Preprint Article Version 1 This version is not peer-reviewed

Exploring FPGA Based Lock-in Techniques for Brain Monitoring Applications

Version 1 : Received: 13 February 2017 / Approved: 14 February 2017 / Online: 14 February 2017 (09:11:38 CET)

A peer-reviewed article of this Preprint also exists.

Giaconia, G.C.; Greco, G.; Mistretta, L.; Rizzo, R. Exploring FPGA‐Based Lock‐In Techniques for Brain  Monitoring Applications. Electronics 2017, 6, 18. Giaconia, G.C.; Greco, G.; Mistretta, L.; Rizzo, R. Exploring FPGA‐Based Lock‐In Techniques for Brain  Monitoring Applications. Electronics 2017, 6, 18.

Journal reference: Electronics 2017, 6, 18
DOI: 10.3390/electronics6010018

Abstract

Functional Near Infrared Spectroscopy (fNIRS) systems for e-health applications usually suffer of poor signal detection mainly due to a low end-to-end signal to noise ratio of the electronics chain. Lock-In Amplifiers (LIA) historically represent a powerful technique helping to improve performances in such circumstances. In this work it has been designed and implemented a digital LIA system, based on a Zynq® Field Programmable Gate Array (FPGA), trying to explore if this technique might improve fNIRS system performances. More broadly, FPGA based solution flexibility has been investigated, with particular emphasis applied to digital filter parameters, needed in the digital LIA, and it has been evaluated its impact on the final signal detection and noise rejection capability. The realized architecture was a mixed solution between VHDL hardware modules and software ones, running within a softcore microprocessor. Experimental results have shown the goodness of the proposed solutions and comparative details among different implementation will be detailed. Finally a key aspect taken into account throughout the design was its modularity, allowing an ease increase of the input channels while avoiding the growth of the design cost of the electronics system.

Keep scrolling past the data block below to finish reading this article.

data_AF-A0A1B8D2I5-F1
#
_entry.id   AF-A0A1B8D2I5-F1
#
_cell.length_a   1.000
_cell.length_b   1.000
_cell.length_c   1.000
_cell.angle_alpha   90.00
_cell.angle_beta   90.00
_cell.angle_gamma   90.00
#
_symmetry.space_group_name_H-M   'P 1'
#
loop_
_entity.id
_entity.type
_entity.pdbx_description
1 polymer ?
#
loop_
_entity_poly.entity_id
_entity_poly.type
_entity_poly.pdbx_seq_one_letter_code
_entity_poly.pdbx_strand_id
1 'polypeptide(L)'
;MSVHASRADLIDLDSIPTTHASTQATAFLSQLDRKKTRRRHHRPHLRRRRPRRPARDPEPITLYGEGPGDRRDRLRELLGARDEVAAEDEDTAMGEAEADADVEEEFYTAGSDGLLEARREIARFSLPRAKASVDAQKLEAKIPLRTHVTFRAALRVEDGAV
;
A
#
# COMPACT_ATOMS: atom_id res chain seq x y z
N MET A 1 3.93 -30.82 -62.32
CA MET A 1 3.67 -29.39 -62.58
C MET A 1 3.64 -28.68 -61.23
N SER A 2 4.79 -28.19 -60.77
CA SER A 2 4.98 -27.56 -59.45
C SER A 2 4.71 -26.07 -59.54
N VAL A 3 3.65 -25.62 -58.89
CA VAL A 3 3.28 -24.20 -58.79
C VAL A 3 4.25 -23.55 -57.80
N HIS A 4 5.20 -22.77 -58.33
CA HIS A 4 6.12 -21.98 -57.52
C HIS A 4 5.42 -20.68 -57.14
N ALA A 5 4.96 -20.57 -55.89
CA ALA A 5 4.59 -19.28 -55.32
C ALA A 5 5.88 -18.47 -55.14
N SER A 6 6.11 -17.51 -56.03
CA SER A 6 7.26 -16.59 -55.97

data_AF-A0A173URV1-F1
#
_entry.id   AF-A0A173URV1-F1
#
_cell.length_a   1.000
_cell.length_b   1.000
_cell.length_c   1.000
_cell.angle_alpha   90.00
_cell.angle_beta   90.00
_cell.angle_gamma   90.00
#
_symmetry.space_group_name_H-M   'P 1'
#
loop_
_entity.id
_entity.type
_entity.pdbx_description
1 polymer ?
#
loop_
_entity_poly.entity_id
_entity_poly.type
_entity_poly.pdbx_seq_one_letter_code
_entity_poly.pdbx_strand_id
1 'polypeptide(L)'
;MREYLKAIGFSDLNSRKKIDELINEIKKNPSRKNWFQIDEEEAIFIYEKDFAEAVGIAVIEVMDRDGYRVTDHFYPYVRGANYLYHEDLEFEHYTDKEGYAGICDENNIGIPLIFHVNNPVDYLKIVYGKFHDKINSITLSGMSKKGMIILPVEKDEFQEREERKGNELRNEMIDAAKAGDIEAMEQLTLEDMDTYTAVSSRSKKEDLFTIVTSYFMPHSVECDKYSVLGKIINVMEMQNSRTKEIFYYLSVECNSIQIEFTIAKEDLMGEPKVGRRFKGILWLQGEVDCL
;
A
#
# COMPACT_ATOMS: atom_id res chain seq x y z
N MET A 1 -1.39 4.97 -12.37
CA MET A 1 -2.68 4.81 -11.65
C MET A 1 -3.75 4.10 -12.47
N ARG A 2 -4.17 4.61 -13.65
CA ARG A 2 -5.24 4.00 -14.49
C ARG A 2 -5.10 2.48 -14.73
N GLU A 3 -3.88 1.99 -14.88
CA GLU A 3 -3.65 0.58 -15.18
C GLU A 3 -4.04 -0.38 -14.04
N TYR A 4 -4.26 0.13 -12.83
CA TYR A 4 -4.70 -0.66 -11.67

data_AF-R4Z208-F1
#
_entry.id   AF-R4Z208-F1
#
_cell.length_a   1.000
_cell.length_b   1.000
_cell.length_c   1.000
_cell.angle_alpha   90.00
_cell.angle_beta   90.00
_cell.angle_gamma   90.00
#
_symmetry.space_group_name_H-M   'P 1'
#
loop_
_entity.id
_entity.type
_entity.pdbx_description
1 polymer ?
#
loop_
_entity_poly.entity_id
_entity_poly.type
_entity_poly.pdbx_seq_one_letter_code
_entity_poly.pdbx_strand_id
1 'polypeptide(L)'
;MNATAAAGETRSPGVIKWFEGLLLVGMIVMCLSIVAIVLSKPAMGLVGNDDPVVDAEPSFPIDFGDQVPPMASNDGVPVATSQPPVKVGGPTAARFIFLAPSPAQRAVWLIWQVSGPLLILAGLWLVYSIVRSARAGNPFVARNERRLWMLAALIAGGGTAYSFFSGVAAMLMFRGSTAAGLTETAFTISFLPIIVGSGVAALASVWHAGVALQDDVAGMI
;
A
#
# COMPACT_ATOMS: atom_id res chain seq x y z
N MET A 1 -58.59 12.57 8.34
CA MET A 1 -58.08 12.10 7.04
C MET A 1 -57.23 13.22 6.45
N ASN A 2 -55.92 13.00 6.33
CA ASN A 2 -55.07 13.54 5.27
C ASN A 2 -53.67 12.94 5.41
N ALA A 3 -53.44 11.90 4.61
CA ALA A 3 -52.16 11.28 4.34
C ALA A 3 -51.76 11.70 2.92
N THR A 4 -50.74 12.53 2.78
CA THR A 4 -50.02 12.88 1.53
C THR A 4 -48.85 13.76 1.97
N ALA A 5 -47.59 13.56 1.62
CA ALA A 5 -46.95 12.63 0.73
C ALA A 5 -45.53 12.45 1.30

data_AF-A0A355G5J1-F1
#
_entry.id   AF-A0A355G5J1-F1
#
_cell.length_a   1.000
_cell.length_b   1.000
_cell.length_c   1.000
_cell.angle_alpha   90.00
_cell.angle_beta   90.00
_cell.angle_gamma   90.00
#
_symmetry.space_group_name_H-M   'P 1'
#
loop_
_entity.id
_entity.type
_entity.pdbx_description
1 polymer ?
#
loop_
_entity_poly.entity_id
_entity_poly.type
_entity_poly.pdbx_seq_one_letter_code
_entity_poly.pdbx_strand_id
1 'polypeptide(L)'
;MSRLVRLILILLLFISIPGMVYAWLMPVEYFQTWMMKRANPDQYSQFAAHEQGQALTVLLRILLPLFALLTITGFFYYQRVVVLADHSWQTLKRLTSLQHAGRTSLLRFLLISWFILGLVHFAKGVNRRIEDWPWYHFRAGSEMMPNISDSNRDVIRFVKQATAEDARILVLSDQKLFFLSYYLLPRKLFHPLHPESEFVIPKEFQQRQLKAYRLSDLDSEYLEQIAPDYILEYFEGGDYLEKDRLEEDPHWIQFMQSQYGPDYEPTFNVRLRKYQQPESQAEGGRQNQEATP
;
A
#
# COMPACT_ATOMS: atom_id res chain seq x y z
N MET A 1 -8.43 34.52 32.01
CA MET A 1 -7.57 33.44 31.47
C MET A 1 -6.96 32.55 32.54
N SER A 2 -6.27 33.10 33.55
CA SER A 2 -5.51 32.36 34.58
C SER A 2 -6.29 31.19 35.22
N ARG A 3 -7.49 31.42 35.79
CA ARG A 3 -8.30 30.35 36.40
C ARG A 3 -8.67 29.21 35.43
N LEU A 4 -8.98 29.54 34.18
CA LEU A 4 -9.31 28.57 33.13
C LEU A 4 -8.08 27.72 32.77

Subject Areas

Digital Lock-in Amplifier (DLIA); Field Programmable Gate Array (FPGA); Near Infrared Spectroscopy (NIRS); Hardware Description Language (HDL); Light Emitting Diode (LED); Silicon Photomultiplier (SiPM); Microprocessors

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